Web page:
• Post Reply Bookmark Topic Watch Topic
  • New Topic

How To Stop Variable From Resetting Each Method Call ?  RSS feed

 
Rick Tasche
Greenhorn
Posts: 10
  • Mark post as helpful
  • send pies
  • Quote
  • Report post to moderator
I am attempting to write a method to check to see if the current string that is supplied is different than the last one supplied.
Problem is that the string holding the last value ( String Old_Data; )keeps resetting every time the method is called, which is bad ....


 
Matthew Brown
Bartender
Posts: 4568
9
  • Mark post as helpful
  • send pies
  • Quote
  • Report post to moderator
Hi. Welcome to the Ranch!

The first issue is, you should never use == and != to compare String values. They check to see if it's the same object, not the same value. You should use the .equals() method to compare Strings instead.

That might be the cause of what you're seeing. Otherwise, I think I'd need more information. You're deliberately setting the value of Old_Data on line 8, so I assume that's not the problem? How are you actually using the class?
 
Rick Tasche
Greenhorn
Posts: 10
  • Mark post as helpful
  • send pies
  • Quote
  • Report post to moderator
That is actually dummy code to simplify the real code I am using.

The incoming data ( string New_Data ) is called every time a player moves ... I want it to only fire when the player is in a different area .... the real code condenses 2 integers into 1 string, and is far from complete .... this will be expanded with many calls to hash maps, lists, and Objects

 
Matthew Brown
Bartender
Posts: 4568
9
  • Mark post as helpful
  • send pies
  • Quote
  • Report post to moderator
OK. Well, definitely change NowC != LastC to !NowC.equals(LastC) and see if that fixes your problem, because it definitely won't be working at the moment as you'd like it to.

(Not related to your issue, but I'd strongly suggest adopting standard Java conventions when programming in Java. Among other things, that involves starting all your variables with a lower-case letter).
 
Jeff Verdegan
Bartender
Posts: 6109
6
Android IntelliJ IDE Java
  • Mark post as helpful
  • send pies
  • Quote
  • Report post to moderator
Local variables do not keep their values between method invocations. That's part of the design of Java. Depending on your specific requirements, you could return the value you want to keep and pass it in next time, or you could set it as a member variable, either of the object whose method you're calling or some other object on which the method operates.
 
Rick Tasche
Greenhorn
Posts: 10
  • Mark post as helpful
  • send pies
  • Quote
  • Report post to moderator


Works quite well, thank you. =-) The player name and LastC will eventually both be thrown into a hashmap once I get around to adding the specific player commands ....

Now this business of java not storing values ... how the hay can programs temporarily store generated data ?? Passing values back and forth is a huge waste of resources when one has hundreds of method calls a second, and up to 100 users online at once.
 
Jeff Verdegan
Bartender
Posts: 6109
6
Android IntelliJ IDE Java
  • Mark post as helpful
  • send pies
  • Quote
  • Report post to moderator
Rick I Refuse To Type This Field In wrote:
Now this business of java not storing values ...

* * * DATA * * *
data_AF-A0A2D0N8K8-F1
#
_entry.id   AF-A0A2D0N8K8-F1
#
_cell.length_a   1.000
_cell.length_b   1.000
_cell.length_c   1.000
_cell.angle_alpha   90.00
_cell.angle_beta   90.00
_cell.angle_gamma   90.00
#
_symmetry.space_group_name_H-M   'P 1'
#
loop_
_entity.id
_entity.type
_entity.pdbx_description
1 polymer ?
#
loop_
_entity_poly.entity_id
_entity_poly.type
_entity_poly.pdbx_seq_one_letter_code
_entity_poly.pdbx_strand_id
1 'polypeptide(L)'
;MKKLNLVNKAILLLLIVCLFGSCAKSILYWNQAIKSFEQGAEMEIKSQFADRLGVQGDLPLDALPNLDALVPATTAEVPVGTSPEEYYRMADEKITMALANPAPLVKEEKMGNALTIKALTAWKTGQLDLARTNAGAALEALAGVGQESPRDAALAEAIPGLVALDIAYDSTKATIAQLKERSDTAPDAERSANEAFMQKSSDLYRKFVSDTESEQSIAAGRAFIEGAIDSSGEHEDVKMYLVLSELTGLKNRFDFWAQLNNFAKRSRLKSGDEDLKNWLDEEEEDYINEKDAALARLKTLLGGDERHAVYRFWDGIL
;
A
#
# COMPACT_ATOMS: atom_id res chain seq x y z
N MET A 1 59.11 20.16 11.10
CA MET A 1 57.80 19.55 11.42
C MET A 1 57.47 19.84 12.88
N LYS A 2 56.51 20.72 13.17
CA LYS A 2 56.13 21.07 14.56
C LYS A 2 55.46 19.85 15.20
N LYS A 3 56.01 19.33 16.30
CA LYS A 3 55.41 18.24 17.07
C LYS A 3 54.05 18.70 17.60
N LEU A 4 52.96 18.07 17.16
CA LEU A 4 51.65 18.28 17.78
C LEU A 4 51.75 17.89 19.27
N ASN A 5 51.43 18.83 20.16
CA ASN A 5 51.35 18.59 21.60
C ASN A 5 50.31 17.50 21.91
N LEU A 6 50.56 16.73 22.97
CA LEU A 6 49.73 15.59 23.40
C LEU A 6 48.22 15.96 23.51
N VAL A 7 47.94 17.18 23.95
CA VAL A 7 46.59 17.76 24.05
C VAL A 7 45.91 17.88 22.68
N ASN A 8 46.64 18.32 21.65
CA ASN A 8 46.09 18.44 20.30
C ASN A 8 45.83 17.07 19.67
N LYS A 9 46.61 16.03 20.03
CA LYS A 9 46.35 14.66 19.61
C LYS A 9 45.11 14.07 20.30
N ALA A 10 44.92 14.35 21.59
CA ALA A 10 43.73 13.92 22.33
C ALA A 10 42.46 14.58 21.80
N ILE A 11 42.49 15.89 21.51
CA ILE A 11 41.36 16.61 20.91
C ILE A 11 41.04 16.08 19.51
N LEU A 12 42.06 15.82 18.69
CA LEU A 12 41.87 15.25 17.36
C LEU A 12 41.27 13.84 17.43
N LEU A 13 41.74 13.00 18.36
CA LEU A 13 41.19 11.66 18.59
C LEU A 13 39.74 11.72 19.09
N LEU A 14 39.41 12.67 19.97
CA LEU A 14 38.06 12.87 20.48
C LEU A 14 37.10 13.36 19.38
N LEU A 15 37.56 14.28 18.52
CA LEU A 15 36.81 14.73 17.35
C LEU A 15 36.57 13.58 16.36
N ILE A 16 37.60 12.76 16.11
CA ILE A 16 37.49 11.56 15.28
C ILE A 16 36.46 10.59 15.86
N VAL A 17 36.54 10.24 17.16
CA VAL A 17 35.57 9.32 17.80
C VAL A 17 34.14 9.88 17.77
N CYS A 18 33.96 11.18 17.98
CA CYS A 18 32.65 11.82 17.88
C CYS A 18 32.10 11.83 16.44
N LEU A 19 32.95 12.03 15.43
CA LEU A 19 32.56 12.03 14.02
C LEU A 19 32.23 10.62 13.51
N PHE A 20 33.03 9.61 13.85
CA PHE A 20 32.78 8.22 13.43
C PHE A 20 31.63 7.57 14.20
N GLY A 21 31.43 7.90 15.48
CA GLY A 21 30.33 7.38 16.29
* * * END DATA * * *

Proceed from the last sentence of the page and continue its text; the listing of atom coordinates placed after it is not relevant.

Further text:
Nobody said that. There's a huge difference between "Java doesn't store values" and "Local variables don't store values between method invocations."

how the hay can programs temporarily store generated data


As I mentioned earlier: In objects. That's the first "O" in "OO".

Passing values back and forth is a huge waste of resources when one has hundreds of method calls a second, and up to 100 users online at once.


No, it's not. First, 10,000 method calls per second is nothing. Second, note that we pass references, not objects. Finally, when we choose whether to pass a parameter or store something in our object's state, that decision is made for design reasons, not performance ones.
 
fred rosenberger
lowercase baba
Bartender
Posts: 12565
49
Chrome Java Linux
  • Mark post as helpful
  • send pies
  • Quote
  • Report post to moderator
Rick I Refuse To Type This Field In wrote:how the hay can programs temporarily store generated data ?? Passing values back and forth is a huge waste of resources when one has hundreds of method calls a second, and up to 100 users online at once.

How do you know how much of a waste of resources it is? How do you know that it is any performance hit? Further, unless you have specific, documented performance requirements, I don't think most users would really notice the difference between .000001 seconds and .000002 seconds...
 
Jeff Verdegan
Bartender
Posts: 6109
6
Android IntelliJ IDE Java
  • Mark post as helpful
  • send pies
  • Quote
  • Report post to moderator
Jeff Verdegan wrote:
Rick I Refuse To Type This Field In wrote:Passing values back and forth is a huge waste of resources when one has hundreds of method calls a second, and up to 100 users online at once.


No, it's not. First, 10,000 method calls per second is nothing. Second, note that we pass references, not objects.


To get a sense of scale, my Windows laptop (which, admittedly is a fairly powerful one, but still, a consumer-grade or business-grade laptop) can make almost 200,000,000 method calls/sec, or about 5 ns/call. A Linux VM running on the laptop can "only" do about 23,000,000 calls/sec, or about 44 ns/call.


 
  • Post Reply Bookmark Topic Watch Topic
  • New Topic
Boost this thread!